Wasp Network


WASP NETWORK, an ambitious fact-based drama written & directed by Olivier Assayas, was adapted from Fernando Morais’ book “The Last Soldiers of the Cold War: The Story of the Cuban Five”.  Released long enough in 2020 to gross $1,422,000 at a few venues worldwide, it was then shifted over to Netflix.


In the 1990s, as part of the ongoing U.S. stealth war on Cuba, anti-Castro Cuban exiles in Florida feel the end justifies means, which include sabotage, drug smuggling and using Central American recruits to plant bombs so as to wreck Cuba’s tourist market. In response, Fidel sends undercover operatives, disguised as defectors, to Miami. There they will infiltrate the exile’s front organizations and fight back to preserve the Revolution. Both sides see themselves as patriots.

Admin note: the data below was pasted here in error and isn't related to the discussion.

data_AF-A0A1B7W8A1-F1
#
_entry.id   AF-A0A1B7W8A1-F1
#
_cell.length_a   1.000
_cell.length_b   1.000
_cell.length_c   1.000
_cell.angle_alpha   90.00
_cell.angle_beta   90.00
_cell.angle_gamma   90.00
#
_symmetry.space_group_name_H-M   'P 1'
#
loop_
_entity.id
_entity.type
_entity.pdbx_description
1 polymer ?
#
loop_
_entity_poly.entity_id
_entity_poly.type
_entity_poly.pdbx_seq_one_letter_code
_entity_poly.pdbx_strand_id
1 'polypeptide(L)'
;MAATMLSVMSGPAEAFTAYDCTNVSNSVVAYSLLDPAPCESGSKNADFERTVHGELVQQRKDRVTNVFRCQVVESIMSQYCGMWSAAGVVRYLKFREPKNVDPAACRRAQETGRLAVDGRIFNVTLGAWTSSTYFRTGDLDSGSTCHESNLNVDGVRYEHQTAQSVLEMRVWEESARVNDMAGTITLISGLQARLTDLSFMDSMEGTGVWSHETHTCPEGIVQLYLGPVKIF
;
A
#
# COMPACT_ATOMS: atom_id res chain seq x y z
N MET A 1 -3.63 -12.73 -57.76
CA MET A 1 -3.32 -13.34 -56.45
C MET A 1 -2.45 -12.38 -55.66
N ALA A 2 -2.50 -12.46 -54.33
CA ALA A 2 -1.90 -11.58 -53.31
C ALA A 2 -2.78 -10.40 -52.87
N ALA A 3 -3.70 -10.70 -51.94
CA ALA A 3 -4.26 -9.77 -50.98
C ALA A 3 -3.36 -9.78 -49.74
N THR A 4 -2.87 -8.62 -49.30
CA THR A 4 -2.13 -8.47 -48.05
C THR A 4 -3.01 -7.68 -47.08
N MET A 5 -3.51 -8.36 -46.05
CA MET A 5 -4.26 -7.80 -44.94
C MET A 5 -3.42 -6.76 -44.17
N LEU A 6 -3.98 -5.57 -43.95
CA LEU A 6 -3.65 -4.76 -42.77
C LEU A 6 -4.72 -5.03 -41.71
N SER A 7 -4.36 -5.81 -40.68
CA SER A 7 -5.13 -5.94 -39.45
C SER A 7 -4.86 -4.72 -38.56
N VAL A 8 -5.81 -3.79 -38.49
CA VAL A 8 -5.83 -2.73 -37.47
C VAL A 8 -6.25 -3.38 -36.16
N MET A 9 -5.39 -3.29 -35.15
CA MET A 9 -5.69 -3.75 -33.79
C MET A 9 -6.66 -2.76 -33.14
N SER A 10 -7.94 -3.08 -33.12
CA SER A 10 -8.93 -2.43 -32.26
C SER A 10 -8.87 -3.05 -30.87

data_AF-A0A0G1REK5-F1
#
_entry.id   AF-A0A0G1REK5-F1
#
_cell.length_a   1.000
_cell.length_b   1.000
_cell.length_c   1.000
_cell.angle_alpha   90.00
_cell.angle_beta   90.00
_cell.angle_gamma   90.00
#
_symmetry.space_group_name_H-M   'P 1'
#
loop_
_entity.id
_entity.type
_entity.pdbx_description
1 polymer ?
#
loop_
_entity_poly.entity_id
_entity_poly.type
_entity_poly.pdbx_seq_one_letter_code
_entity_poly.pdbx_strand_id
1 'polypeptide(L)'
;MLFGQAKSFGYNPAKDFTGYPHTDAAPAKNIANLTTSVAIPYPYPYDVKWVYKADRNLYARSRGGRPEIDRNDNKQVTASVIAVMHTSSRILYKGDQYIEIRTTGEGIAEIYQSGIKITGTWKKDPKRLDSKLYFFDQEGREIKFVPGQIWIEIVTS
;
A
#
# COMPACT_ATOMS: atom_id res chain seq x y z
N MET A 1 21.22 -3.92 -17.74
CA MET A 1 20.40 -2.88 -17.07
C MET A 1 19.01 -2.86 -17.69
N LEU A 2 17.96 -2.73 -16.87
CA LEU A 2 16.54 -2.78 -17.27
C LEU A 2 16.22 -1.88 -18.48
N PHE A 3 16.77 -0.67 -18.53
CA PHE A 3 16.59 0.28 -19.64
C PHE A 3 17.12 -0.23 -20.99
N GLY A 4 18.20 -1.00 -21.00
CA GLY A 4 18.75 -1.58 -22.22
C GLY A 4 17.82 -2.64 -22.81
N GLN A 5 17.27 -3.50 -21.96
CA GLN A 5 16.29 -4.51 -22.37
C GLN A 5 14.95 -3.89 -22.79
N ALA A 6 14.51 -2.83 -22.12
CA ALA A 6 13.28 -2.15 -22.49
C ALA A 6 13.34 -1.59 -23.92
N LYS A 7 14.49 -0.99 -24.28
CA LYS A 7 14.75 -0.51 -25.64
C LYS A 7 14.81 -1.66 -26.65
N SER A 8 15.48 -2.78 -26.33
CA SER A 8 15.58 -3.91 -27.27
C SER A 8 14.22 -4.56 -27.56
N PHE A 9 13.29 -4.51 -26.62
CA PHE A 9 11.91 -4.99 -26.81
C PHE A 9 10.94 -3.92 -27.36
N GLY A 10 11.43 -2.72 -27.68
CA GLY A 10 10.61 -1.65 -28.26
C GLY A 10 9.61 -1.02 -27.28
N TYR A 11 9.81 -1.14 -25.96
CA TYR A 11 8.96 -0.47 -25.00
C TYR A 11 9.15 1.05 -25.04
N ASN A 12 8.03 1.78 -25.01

Handsomely shot By Yorick Le Saux and Denis Lenoir, it was filmed on location in Cuba, Florida, Spain and the Canary Islands. It’s certainly interesting, due to the subject and a top-line cast, but the labyrinthine plot machinations, timeline juggling and multiple character threads are more than 127 minutes can really handle (a mini-series would’ve been a better venue). Despite solid work from the actors, and a sleek production, it’s unfortunately less compelling as human drama. Too diffuse to ground itself enough to arouse emotional pull, with several key characters remaining remote, after much detailed foreplay the wrap-up sighs into anti-climax.


A decent history lesson (you can tell it hit nerves by the vociferous, near-hysterical anti-Castro slams it gets in online forums seeking to flood it with thumbs-down–and a rabid middle finger) but regrettably it’s just not fully involving or satisfying as entertainment. Still good, though, for watching the most personable cast do their thing—Penélope Cruz, Édgar Ramírez, Wagner Moura, Gael García Bernal and Ana De Armas in the main roles, with Leonardo Sbaraglia and Tony Plana in support.



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